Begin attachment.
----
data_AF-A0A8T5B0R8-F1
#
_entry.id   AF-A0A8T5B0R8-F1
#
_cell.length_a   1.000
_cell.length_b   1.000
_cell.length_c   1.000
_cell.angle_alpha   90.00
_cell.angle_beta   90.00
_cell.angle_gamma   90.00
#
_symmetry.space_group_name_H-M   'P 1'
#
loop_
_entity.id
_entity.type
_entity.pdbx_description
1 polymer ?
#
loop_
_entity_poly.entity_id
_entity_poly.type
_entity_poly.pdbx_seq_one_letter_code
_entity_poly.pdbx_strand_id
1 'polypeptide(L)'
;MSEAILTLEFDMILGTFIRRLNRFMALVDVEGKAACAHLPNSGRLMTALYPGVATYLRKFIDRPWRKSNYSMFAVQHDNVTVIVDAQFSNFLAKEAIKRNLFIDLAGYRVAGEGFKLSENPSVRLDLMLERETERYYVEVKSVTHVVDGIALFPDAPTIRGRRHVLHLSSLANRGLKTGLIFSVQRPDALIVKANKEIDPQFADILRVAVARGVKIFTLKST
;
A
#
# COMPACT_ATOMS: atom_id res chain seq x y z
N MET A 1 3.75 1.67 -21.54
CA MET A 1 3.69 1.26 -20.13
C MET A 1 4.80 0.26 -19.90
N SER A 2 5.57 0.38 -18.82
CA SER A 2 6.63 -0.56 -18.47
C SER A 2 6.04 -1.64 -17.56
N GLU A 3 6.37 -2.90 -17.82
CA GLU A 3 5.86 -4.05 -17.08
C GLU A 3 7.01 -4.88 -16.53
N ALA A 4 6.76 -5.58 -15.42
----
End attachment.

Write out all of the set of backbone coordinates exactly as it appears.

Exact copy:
data_AF-A0A8T5B0R8-F1
#
_entry.id   AF-A0A8T5B0R8-F1
#
_cell.length_a   1.000
_cell.length_b   1.000
_cell.length_c   1.000
_cell.angle_alpha   90.00
_cell.angle_beta   90.00
_cell.angle_gamma   90.00
#
_symmetry.space_group_name_H-M   'P 1'
#
loop_
_entity.id
_entity.type
_entity.pdbx_description
1 polymer ?
#
loop_
_entity_poly.entity_id
_entity_poly.type
_entity_poly.pdbx_seq_one_letter_code
_entity_poly.pdbx_strand_id
1 'polypeptide(L)'
;MSEAILTLEFDMILGTFIRRLNRFMALVDVEGKAACAHLPNSGRLMTALYPGVATYLRKFIDRPWRKSNYSMFAVQHDNVTVIVDAQFSNFLAKEAIKRNLFIDLAGYRVAGEGFKLSENPSVRLDLMLERETERYYVEVKSVTHVVDGIALFPDAPTIRGRRHVLHLSSLANRGLKTGLIFSVQRPDALIVKANKEIDPQFADILRVAVARGVKIFTLKST
;
A
#
# COMPACT_ATOMS: atom_id res chain seq x y z
N MET A 1 3.75 1.67 -21.54
CA MET A 1 3.69 1.26 -20.13
C MET A 1 4.80 0.26 -19.90
N SER A 2 5.57 0.38 -18.82
CA SER A 2 6.63 -0.56 -18.47
C SER A 2 6.04 -1.64 -17.56
N GLU A 3 6.37 -2.90 -17.82
CA GLU A 3 5.86 -4.05 -17.08
C GLU A 3 7.01 -4.88 -16.53
N ALA A 4 6.76 -5.58 -15.42